Posted on Fri, Jan. 28, 2005
Chiropractic college killed
Flexing its muscles, Florida's Board of Governors rebuffed the state Legislature and killed a proposed chiropractic school that lawmakers said last year should go to Florida State University.
BY GARY FINEOUT
GAINESVILLE - In the end, the money didn't matter, and neither did a state law nor the potential wrath of state legislators.
Florida's Board of Governors, the panel pushed into existence by former U.S. Sen. Bob Graham to watch over Florida's public universities, voted Thursday to kill a proposal to set up the nation's first chiropractic college at a public university.
The panel shot down the college even though the Florida Legislature had authorized its creation a year ago in a state law and guaranteed Florida State University $9 million annually to operate it. Earlier this month, FSU's own trustees had asked for more time to let their own faculty review the merits of the college.
But by an overwhelming margin, the Board of Governors rejected the idea, questioning the need for the program and whether it fit into FSU's mission to become a nationally recognized research university. They also pointed fingers at FSU's trustees, chiding them for not taking a stronger vote in favor of the school two weeks ago.
The Board of Governors vote Thursday was 10-3. Chairwoman Carolyn Roberts, who said she opposed the school as well, did not cast a vote.
''I am not convinced there is a need for the program,'' said board member Rolland Heiser, a retired Army general from Sarasota. ``I think there are more pressing needs in the state university system, considering our limited resources. I intend to vote my conscience.''
That's exactly what Gov. Jeb Bush, who appointed most of the board's members, urged them to do a week ago. Board member and state Education Commissioner John Winn, once a top aide to Bush, also voted against the chiropractic college.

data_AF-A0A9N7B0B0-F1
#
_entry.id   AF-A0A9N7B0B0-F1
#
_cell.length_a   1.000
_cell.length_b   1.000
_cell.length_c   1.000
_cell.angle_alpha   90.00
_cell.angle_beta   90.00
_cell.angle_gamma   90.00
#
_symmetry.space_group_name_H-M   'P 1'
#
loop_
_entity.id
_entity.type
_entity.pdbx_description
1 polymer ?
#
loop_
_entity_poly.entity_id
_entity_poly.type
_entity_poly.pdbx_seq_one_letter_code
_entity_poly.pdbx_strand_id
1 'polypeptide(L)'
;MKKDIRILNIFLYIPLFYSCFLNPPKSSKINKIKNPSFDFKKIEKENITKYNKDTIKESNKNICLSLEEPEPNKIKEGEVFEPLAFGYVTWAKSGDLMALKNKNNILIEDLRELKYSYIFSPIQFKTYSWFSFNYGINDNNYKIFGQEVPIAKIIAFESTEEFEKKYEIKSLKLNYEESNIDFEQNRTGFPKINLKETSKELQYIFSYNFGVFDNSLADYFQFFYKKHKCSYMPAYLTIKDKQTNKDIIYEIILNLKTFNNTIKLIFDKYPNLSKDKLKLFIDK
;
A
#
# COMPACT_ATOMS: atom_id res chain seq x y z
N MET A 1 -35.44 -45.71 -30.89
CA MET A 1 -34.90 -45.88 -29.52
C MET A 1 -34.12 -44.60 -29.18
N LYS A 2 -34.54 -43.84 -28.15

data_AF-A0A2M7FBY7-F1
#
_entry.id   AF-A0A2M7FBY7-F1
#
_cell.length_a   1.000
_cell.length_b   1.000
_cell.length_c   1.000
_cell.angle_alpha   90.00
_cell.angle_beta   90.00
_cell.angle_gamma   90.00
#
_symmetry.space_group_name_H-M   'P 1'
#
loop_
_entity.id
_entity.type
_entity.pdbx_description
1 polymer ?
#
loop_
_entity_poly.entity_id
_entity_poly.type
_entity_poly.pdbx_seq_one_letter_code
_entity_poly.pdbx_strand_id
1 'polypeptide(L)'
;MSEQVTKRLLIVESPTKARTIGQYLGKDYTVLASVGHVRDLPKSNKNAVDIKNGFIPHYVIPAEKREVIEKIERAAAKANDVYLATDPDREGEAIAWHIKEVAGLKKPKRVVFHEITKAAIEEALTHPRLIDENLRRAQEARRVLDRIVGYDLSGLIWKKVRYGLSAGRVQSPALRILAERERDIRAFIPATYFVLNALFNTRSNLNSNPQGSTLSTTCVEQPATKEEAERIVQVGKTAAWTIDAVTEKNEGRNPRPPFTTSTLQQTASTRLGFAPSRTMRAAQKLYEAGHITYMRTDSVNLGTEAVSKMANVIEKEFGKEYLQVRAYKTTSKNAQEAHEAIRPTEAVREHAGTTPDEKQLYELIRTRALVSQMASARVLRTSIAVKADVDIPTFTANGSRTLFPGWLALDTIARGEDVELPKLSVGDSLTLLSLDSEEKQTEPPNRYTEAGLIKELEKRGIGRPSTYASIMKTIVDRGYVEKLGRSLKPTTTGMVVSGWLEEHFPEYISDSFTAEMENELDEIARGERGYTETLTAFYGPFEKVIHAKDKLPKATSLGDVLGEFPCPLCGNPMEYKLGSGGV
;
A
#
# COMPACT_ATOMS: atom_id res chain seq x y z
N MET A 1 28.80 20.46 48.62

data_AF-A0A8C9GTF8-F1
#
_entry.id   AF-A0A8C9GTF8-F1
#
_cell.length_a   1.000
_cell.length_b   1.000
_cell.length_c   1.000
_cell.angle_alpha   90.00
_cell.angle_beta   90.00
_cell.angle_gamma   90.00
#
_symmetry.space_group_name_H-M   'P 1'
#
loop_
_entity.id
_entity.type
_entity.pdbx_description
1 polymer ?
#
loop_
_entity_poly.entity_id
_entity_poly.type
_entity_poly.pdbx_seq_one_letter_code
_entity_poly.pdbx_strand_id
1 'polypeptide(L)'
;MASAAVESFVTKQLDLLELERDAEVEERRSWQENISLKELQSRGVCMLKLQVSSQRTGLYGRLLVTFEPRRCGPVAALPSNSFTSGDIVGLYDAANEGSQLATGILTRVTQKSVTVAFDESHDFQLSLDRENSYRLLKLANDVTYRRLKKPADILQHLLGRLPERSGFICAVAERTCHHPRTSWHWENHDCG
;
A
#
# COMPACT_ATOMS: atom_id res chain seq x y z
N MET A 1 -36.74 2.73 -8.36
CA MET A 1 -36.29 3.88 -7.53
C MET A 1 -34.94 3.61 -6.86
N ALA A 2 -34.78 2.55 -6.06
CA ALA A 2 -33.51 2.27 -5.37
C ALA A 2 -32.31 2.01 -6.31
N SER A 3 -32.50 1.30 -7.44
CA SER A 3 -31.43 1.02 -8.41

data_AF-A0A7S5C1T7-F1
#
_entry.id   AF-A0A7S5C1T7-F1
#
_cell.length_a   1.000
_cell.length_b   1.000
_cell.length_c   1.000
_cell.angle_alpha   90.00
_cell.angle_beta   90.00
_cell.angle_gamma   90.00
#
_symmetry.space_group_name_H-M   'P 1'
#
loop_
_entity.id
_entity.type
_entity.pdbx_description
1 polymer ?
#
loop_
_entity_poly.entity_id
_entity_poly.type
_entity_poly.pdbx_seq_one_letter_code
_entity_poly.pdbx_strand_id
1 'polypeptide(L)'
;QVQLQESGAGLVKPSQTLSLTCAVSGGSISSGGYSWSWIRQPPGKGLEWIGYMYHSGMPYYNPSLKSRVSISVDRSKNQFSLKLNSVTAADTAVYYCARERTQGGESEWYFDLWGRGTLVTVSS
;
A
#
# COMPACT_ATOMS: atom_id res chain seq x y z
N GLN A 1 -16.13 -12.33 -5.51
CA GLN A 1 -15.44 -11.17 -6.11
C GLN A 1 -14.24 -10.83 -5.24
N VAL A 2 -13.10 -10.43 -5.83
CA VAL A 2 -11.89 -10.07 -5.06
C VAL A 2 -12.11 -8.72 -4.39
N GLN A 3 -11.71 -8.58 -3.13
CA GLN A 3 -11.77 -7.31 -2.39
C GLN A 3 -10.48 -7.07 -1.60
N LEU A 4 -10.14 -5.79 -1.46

''The one thing we all agreed on was they had not established a need for it,'' Winn said.
The governor's apparent defection -- he had once been a supporter of the chiropractic school -- drew the ire of Sen. Jim King, the Jacksonville Republican and former Senate president. He and Sen. Dennis Jones, a chiropractor and Pinellas County Republican, were instrumental in obtaining the money for the college.
Sounding bitter, King said Thursday that he agreed to hold a special session in late 2003 and spend more than $300 million to lure the Scripps Research Institute to Palm Beach County -- a measure the governor avidly sought -- in exchange for a promise that the governor would support the chiropractic college.
''I'm disappointed in the governor,'' King said. 'I don't understand the governor's position. The governor shook my hand and drank my champagne and said, `Congratulations, a battle well won, but it's over now.' I said, 'Are you sure?' -- 'Oh, yeah, everything's fine.' ''
CHANGE OF POSITION
King said that Bush later retreated, saying he made his promise before the Board of Governors stepped in.
'So he stepped back and said, `Jim, I promised you this, but y'know, I never promised you the Board of Governors vote,' '' said King, who added that if Bush would have lobbied members they would have supported the college. ``It doesn't make me feel any better about the fact that I shook hands on $360 million worth of Scripps, you know, in an effort to make sure that everything was going smoothly, in exchange for which the chiropractic college was supposed to be a fait accompli.''